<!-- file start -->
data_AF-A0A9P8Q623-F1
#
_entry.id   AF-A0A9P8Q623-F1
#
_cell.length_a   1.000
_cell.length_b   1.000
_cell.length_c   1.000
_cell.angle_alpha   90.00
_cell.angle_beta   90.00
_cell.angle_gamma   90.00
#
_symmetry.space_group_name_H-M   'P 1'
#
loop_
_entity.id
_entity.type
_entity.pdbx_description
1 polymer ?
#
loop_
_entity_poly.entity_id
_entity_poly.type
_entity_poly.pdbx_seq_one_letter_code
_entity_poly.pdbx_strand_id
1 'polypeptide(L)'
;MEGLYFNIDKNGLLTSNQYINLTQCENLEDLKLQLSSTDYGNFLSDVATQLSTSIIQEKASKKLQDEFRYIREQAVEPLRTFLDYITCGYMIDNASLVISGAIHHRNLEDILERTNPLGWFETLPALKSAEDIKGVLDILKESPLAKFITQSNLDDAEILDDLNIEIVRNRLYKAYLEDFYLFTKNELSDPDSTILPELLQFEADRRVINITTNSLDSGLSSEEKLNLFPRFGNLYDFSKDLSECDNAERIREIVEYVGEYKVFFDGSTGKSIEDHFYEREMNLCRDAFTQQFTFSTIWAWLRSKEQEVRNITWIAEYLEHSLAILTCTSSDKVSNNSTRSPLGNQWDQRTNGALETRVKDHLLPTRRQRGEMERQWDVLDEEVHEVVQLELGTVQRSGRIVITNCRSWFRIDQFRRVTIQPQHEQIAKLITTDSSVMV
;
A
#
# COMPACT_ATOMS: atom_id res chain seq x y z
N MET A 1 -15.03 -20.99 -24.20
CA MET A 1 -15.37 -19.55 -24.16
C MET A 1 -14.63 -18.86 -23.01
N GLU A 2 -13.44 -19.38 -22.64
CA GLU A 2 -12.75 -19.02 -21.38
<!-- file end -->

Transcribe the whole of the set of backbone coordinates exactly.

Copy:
data_AF-A0A9P8Q623-F1
#
_entry.id   AF-A0A9P8Q623-F1
#
_cell.length_a   1.000
_cell.length_b   1.000
_cell.length_c   1.000
_cell.angle_alpha   90.00
_cell.angle_beta   90.00
_cell.angle_gamma   90.00
#
_symmetry.space_group_name_H-M   'P 1'
#
loop_
_entity.id
_entity.type
_entity.pdbx_description
1 polymer ?
#
loop_
_entity_poly.entity_id
_entity_poly.type
_entity_poly.pdbx_seq_one_letter_code
_entity_poly.pdbx_strand_id
1 'polypeptide(L)'
;MEGLYFNIDKNGLLTSNQYINLTQCENLEDLKLQLSSTDYGNFLSDVATQLSTSIIQEKASKKLQDEFRYIREQAVEPLRTFLDYITCGYMIDNASLVISGAIHHRNLEDILERTNPLGWFETLPALKSAEDIKGVLDILKESPLAKFITQSNLDDAEILDDLNIEIVRNRLYKAYLEDFYLFTKNELSDPDSTILPELLQFEADRRVINITTNSLDSGLSSEEKLNLFPRFGNLYDFSKDLSECDNAERIREIVEYVGEYKVFFDGSTGKSIEDHFYEREMNLCRDAFTQQFTFSTIWAWLRSKEQEVRNITWIAEYLEHSLAILTCTSSDKVSNNSTRSPLGNQWDQRTNGALETRVKDHLLPTRRQRGEMERQWDVLDEEVHEVVQLELGTVQRSGRIVITNCRSWFRIDQFRRVTIQPQHEQIAKLITTDSSVMV
;
A
#
# COMPACT_ATOMS: atom_id res chain seq x y z
N MET A 1 -15.03 -20.99 -24.20
CA MET A 1 -15.37 -19.55 -24.16
C MET A 1 -14.63 -18.86 -23.01
N GLU A 2 -13.44 -19.38 -22.64
CA GLU A 2 -12.75 -19.02 -21.38